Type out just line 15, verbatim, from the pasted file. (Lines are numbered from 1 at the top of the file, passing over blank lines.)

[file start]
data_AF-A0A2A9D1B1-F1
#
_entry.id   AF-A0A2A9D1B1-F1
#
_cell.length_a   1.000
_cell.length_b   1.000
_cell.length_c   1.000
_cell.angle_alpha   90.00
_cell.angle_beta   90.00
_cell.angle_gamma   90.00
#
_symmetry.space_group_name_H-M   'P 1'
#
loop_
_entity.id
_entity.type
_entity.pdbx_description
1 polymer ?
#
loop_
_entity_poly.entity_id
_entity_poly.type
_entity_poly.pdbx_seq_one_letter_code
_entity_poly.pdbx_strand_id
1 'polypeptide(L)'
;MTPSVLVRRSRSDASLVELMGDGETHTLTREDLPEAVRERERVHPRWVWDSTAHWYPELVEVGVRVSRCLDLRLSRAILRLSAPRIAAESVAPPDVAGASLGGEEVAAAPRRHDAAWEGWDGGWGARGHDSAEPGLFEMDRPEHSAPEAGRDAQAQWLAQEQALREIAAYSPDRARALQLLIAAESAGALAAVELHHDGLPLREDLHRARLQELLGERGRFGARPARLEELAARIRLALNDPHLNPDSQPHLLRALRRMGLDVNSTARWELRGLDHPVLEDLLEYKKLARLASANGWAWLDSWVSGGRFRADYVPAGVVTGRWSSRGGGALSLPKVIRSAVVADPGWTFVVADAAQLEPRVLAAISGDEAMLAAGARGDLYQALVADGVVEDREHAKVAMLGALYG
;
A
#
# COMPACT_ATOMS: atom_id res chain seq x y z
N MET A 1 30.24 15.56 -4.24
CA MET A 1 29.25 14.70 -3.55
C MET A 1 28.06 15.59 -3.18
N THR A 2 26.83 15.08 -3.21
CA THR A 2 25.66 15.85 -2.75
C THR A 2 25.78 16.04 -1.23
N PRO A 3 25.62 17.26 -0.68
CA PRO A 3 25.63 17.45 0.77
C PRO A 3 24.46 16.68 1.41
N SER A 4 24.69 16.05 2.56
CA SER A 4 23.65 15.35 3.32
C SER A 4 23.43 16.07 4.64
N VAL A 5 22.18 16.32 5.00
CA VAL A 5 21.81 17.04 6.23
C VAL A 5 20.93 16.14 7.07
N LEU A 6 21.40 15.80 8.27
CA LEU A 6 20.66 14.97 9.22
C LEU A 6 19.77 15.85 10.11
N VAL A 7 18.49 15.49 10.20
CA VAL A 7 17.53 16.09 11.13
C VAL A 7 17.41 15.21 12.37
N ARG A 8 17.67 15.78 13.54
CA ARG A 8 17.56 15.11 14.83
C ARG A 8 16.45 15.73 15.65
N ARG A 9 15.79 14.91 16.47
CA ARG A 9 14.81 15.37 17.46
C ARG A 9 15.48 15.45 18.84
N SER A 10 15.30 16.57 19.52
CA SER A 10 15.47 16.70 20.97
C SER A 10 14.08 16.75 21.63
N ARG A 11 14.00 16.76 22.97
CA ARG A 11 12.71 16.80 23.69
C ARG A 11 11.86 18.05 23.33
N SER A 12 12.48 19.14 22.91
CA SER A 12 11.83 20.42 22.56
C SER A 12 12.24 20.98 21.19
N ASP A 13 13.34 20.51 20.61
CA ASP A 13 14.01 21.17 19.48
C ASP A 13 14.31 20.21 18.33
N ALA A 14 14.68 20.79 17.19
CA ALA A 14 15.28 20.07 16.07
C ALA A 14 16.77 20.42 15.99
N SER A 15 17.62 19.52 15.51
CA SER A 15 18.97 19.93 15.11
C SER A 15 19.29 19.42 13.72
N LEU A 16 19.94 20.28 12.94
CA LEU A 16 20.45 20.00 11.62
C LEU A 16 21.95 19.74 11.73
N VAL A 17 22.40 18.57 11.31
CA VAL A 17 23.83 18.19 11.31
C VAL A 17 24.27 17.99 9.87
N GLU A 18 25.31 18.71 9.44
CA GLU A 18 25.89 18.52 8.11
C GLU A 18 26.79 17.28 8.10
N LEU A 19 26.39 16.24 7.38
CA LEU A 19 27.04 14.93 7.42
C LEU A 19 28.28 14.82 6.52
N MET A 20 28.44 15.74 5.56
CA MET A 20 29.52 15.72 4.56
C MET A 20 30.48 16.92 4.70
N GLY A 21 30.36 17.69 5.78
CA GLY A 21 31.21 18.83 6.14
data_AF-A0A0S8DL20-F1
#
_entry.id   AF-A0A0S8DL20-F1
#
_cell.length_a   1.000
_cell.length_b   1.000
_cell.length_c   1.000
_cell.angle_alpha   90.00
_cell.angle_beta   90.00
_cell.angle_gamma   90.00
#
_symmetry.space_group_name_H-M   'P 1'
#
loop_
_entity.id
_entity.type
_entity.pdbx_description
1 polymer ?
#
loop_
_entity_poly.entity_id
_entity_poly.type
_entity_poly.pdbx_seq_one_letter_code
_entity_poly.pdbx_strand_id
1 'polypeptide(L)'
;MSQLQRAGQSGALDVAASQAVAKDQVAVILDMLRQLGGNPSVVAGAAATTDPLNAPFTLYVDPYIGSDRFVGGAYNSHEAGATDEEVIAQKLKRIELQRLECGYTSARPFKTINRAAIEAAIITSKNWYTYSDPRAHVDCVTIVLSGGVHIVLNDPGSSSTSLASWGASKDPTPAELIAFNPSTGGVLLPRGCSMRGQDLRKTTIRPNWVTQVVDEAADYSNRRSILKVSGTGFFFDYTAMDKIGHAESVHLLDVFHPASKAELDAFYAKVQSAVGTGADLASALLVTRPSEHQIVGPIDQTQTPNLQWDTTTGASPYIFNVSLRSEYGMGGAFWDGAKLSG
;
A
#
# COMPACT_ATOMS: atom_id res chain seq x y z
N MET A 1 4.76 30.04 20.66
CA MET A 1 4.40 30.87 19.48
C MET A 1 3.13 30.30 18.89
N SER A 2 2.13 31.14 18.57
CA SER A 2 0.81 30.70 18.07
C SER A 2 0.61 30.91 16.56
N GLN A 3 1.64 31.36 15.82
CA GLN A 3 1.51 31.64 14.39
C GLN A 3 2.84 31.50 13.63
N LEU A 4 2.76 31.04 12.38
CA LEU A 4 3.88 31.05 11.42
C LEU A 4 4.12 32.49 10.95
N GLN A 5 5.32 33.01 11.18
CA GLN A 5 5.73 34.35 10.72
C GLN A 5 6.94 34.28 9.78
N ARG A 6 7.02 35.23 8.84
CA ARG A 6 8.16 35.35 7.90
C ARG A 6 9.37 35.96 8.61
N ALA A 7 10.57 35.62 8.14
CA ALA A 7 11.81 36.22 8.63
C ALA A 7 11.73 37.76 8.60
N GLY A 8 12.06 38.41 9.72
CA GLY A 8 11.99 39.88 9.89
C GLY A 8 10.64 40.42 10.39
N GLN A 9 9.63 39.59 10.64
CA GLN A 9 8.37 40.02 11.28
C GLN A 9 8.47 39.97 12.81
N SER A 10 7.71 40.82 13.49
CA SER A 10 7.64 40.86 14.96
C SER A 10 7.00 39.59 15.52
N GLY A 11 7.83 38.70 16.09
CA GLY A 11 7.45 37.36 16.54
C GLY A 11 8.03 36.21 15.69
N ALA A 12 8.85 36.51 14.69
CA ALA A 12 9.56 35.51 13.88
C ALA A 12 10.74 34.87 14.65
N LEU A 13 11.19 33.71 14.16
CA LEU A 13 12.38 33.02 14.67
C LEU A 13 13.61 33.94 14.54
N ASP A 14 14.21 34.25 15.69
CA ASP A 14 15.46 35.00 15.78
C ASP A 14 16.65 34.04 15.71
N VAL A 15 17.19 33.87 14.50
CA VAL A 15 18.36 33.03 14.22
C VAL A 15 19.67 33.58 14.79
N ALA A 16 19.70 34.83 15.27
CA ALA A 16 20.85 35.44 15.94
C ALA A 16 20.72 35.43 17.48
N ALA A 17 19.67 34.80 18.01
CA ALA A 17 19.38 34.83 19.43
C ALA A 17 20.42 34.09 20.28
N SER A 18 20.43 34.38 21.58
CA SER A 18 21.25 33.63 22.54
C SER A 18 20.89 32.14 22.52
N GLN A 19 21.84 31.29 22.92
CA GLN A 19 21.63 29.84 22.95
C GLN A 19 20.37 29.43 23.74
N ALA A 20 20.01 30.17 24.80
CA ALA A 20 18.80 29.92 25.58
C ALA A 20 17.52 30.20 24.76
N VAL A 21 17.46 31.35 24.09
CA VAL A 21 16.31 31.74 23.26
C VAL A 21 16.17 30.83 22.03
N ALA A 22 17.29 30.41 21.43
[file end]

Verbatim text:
_entity.id